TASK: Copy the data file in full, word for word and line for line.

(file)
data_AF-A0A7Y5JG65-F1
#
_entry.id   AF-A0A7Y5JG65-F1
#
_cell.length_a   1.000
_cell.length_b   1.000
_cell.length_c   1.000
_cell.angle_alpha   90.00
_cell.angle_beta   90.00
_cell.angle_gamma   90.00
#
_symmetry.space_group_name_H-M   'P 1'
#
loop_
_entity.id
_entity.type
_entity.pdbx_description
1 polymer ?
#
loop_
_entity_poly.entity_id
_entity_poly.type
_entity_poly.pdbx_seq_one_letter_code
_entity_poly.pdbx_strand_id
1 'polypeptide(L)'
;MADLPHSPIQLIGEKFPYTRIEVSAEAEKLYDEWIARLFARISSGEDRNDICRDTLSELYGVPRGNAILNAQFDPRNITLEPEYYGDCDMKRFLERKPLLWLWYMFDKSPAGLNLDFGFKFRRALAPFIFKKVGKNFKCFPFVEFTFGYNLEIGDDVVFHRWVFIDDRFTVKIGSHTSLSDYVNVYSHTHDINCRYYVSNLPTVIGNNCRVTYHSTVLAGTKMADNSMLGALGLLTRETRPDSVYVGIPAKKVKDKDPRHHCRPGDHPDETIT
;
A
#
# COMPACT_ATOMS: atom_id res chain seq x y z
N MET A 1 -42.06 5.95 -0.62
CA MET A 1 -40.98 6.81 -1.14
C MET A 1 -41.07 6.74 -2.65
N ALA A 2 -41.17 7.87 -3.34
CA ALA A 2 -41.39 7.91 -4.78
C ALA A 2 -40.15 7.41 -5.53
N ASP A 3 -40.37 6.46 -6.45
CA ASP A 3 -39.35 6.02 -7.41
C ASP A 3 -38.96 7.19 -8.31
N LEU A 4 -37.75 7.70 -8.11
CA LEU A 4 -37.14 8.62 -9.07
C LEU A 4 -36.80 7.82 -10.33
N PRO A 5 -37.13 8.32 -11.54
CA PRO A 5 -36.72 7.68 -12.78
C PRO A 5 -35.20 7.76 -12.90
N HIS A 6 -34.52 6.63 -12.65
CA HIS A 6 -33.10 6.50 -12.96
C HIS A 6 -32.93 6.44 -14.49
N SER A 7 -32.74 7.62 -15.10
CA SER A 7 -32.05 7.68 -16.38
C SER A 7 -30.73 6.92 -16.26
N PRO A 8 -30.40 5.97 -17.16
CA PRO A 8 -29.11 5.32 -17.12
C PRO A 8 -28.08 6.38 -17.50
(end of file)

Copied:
data_AF-A0A7Y5JG65-F1
#
_entry.id   AF-A0A7Y5JG65-F1
#
_cell.length_a   1.000
_cell.length_b   1.000
_cell.length_c   1.000
_cell.angle_alpha   90.00
_cell.angle_beta   90.00
_cell.angle_gamma   90.00
#
_symmetry.space_group_name_H-M   'P 1'
#
loop_
_entity.id
_entity.type
_entity.pdbx_description
1 polymer ?
#
loop_
_entity_poly.entity_id
_entity_poly.type
_entity_poly.pdbx_seq_one_letter_code
_entity_poly.pdbx_strand_id
1 'polypeptide(L)'
;MADLPHSPIQLIGEKFPYTRIEVSAEAEKLYDEWIARLFARISSGEDRNDICRDTLSELYGVPRGNAILNAQFDPRNITLEPEYYGDCDMKRFLERKPLLWLWYMFDKSPAGLNLDFGFKFRRALAPFIFKKVGKNFKCFPFVEFTFGYNLEIGDDVVFHRWVFIDDRFTVKIGSHTSLSDYVNVYSHTHDINCRYYVSNLPTVIGNNCRVTYHSTVLAGTKMADNSMLGALGLLTRETRPDSVYVGIPAKKVKDKDPRHHCRPGDHPDETIT
;
A
#
# COMPACT_ATOMS: atom_id res chain seq x y z
N MET A 1 -42.06 5.95 -0.62
CA MET A 1 -40.98 6.81 -1.14
C MET A 1 -41.07 6.74 -2.65
N ALA A 2 -41.17 7.87 -3.34
CA ALA A 2 -41.39 7.91 -4.78
C ALA A 2 -40.15 7.41 -5.53
N ASP A 3 -40.37 6.46 -6.45
CA ASP A 3 -39.35 6.02 -7.41
C ASP A 3 -38.96 7.19 -8.31
N LEU A 4 -37.75 7.70 -8.11
CA LEU A 4 -37.14 8.62 -9.07
C LEU A 4 -36.80 7.82 -10.33
N PRO A 5 -37.13 8.32 -11.54
CA PRO A 5 -36.72 7.68 -12.78
C PRO A 5 -35.20 7.76 -12.90
N HIS A 6 -34.52 6.63 -12.65
CA HIS A 6 -33.10 6.50 -12.96
C HIS A 6 -32.93 6.44 -14.49
N SER A 7 -32.74 7.62 -15.10
CA SER A 7 -32.05 7.68 -16.38
C SER A 7 -30.73 6.92 -16.26
N PRO A 8 -30.40 5.97 -17.16
CA PRO A 8 -29.11 5.32 -17.12
C PRO A 8 -28.08 6.38 -17.50